Reflections from the 2015 Summer Technology Institute

Did you miss the 2015 Summer Technology Institute last week? Don’t worry it is not too late to find out what learning took place! We asked participants to write down some of their takeaways at different points throughout the day. Read on to see what common themes emerged for the attendees and check out the word cloud below for a visual representation of the responses.


In response to the question “What new things are you going to try?”, many participants mentioned that they’d like to try different forms of formative assessment in their courses. Some plan on using small reflection assignments that ask students how they are doing in the course so far, while others hope to use peer review and quizzes in Canvas to build in checkpoints for students to assess if they are grasping course content and important parts of the syllabus. Third-party tools for polling and feedback such as Kahoot, Padlet, PollEverywhere, and Nearpod also generated some interest as a means of engaging students and collecting formative assessment data.

Using modules in Canvas to scaffold online course materials was another new technique that participants mentioned they’d like to try. One response described how the modules feature in Canvas enhances teaching and learning in face-to-face courses by making the learning pathways more visible. Participants would like to include more features in their modules such as Canvas pages to provide weekly instructions, embedded videos and graphics, quizzes to check for understanding before students advance to the next module, and more external links to content resources.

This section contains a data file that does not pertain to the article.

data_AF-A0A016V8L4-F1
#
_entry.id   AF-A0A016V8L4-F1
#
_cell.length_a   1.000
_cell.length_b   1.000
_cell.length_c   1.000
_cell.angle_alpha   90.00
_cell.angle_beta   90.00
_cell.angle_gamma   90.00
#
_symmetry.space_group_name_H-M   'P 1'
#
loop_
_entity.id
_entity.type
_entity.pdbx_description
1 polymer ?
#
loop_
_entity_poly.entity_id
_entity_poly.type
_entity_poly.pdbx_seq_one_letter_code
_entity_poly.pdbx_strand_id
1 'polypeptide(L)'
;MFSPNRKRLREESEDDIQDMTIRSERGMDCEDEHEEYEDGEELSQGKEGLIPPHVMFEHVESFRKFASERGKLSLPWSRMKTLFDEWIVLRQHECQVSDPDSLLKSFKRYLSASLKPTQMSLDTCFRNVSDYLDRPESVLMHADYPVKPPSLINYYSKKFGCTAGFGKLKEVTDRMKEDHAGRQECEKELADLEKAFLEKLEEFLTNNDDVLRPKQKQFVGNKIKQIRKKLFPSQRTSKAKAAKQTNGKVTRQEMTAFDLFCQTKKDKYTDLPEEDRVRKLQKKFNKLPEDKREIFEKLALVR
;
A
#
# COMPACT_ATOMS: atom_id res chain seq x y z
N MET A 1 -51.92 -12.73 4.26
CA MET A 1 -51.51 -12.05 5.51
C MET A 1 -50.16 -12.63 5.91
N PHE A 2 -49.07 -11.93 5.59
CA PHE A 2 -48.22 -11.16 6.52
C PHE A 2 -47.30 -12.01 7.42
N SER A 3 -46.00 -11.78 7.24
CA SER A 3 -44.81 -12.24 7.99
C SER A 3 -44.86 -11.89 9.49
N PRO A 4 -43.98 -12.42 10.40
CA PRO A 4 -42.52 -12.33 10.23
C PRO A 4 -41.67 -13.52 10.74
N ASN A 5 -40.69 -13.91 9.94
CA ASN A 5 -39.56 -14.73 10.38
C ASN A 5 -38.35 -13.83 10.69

There was also a high level of interest in getting and analyzing more data from Canvas. One attendee mention that they would design instruction with pre-tests and post-tests, so he can track learners’ prior knowledge and target instruction to topics the learner doesn’t already know. Others mentioned doing qualitative analysis of discussion board responses as a means of gauging student participation. Many also plan on looking at the analytics information available in the Canvas LMS as another way to measure student engagement.

2015 Summer Technology Institute attendees were also asked what things they plan on changing or revisiting as a result of the workshop sessions. Making Canvas courses more engaging emerged as a shared goal for many attendees. They mentioned redesigning the course home page to capture students’ attention early in the course rather than simply directing students to the syllabus. Replacing some simple assignments with collaborative discussion boards was another strategy to engage students more. The third-party presentation tool, Prezi, was noted as a more interesting way to incorporate content from readings and video for both face-to-face presentation and for online discussions. Finally, examining Canvas course and student analytics was frequently noted as another way to collect data on a course’s effectiveness rather than just looking at the course grades.

For more information about the 2015 Summer Institute, read this recent post that recaps each session. If you’d like any asisstance implementing the ideas above or learning Canvas, please contact the instructional design team at and we’ll be happy to help!